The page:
I became a trustee of Create this year. I work for KPMG and a couple of years ago I took part in a course for senior managers and directors.
Create was brought in to do some exercises that taught important skills such as teamwork through the creative arts. I was so blown away by what the charity did that I approached its chief executive, Nicky Goulder, and offered my help.
There are four trustees in total. This may seem like a small number but Create also has two patrons, management staff and a company secretary, who attends board meetings. There is also an advisory council, which is made up of nine people. These people are called when we need them to give specific advice.
The small board works well. Create is growing and is doing more projects every year. It can be innovative in its work and it runs tailor-made projects.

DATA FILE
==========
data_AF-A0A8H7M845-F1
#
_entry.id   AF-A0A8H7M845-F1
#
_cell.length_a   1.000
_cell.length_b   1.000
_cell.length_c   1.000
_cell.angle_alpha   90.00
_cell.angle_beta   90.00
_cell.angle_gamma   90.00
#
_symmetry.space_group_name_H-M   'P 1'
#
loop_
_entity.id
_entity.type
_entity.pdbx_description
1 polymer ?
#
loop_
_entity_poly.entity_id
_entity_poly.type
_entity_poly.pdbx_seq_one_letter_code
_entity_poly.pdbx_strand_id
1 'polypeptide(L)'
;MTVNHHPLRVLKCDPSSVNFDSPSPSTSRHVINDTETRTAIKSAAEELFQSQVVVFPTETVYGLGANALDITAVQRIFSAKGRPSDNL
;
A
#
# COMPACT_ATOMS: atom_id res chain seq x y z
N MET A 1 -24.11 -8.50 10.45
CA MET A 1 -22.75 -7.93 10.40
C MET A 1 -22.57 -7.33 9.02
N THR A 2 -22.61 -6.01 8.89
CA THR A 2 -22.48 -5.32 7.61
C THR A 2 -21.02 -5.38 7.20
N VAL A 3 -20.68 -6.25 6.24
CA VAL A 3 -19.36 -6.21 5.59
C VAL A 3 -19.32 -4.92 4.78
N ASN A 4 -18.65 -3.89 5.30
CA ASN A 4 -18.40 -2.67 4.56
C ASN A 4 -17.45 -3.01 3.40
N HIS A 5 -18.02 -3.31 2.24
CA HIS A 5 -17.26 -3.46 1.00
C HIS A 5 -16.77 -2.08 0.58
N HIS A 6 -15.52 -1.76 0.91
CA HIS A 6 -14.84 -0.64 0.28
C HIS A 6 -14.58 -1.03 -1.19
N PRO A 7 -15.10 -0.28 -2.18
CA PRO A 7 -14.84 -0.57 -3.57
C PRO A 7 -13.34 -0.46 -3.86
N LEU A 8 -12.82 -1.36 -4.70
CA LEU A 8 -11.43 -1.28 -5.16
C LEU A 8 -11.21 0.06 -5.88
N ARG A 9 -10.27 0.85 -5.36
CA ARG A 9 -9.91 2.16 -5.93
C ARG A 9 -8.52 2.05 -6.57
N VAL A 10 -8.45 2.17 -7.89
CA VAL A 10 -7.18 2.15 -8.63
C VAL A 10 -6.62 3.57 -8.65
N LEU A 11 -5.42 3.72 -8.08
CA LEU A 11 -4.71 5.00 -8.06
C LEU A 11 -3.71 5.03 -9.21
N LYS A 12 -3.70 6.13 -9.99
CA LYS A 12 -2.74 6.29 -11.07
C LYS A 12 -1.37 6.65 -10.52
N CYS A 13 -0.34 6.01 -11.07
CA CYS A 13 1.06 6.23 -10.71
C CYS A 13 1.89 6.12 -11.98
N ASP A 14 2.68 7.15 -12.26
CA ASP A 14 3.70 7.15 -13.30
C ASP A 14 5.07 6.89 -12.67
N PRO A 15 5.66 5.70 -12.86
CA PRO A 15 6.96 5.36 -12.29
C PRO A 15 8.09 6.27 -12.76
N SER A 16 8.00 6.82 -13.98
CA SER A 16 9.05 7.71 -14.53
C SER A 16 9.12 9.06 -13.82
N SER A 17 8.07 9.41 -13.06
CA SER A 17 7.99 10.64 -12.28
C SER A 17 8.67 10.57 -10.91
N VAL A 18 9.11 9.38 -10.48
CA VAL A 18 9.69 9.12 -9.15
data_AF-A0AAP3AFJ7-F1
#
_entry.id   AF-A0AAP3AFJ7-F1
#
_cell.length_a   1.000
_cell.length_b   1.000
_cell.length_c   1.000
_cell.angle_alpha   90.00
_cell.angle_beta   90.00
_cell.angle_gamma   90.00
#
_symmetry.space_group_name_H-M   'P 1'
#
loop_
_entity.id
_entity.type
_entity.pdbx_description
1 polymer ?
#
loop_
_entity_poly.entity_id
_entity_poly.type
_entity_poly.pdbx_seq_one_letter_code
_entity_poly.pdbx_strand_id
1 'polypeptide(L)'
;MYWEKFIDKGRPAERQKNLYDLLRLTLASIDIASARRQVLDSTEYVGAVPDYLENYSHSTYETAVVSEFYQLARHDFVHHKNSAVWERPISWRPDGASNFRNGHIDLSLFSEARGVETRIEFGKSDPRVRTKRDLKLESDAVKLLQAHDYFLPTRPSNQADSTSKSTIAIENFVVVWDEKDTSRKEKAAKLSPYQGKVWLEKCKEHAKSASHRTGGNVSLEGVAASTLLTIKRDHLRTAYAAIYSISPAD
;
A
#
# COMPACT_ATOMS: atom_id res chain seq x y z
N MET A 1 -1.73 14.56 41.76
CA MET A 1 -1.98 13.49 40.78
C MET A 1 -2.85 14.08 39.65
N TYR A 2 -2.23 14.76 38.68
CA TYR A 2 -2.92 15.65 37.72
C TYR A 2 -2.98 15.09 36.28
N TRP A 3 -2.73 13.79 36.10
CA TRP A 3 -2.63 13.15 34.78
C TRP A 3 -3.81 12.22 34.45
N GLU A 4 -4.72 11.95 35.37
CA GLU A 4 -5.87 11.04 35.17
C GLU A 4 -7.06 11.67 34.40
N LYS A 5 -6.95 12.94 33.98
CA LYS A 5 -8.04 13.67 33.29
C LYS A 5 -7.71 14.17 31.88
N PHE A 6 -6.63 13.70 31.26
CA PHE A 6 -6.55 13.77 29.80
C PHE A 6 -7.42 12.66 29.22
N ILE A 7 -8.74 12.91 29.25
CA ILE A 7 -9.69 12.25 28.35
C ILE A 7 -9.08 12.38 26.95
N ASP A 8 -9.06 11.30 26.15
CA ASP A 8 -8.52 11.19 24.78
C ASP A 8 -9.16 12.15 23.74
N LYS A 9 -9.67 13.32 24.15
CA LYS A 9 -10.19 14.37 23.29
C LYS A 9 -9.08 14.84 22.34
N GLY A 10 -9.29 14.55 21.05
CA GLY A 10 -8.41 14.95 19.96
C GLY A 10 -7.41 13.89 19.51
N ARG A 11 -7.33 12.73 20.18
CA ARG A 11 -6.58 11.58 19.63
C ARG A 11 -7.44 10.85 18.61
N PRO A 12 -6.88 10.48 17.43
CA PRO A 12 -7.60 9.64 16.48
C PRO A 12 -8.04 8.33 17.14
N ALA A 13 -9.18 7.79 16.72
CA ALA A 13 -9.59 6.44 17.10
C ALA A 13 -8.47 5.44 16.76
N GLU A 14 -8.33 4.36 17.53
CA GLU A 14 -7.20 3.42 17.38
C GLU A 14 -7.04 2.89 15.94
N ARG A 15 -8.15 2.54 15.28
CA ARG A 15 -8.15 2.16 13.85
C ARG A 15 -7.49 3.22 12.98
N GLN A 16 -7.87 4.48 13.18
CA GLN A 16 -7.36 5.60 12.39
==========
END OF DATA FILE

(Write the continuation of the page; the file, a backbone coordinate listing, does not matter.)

To continue doing this, it needs to be flexible and creative. Having a smaller board really helps - decisions are made quickly.
Trustees are often busy, so I can see that having a larger board could potentially be quite cumbersome. Also, from a logistical perspective, it must be hard to get everyone together. It's hard enough as it is because we all have other commitments.
I'm new to charity governance, but the impression I have so far is that it is quite different from the corporate world. The corporate world is very quick and you've always got to have your finger on the pulse.
There's a change of pace when it comes to working with charities and motivations are very different.
There is a slower pace at Create, but the chief executive is keen to understand how corporates operate and what we can learn from them.
However, we don't want to be taken over by corporate governance and need to make sure that anything we do introduce is tailored to suit the charity.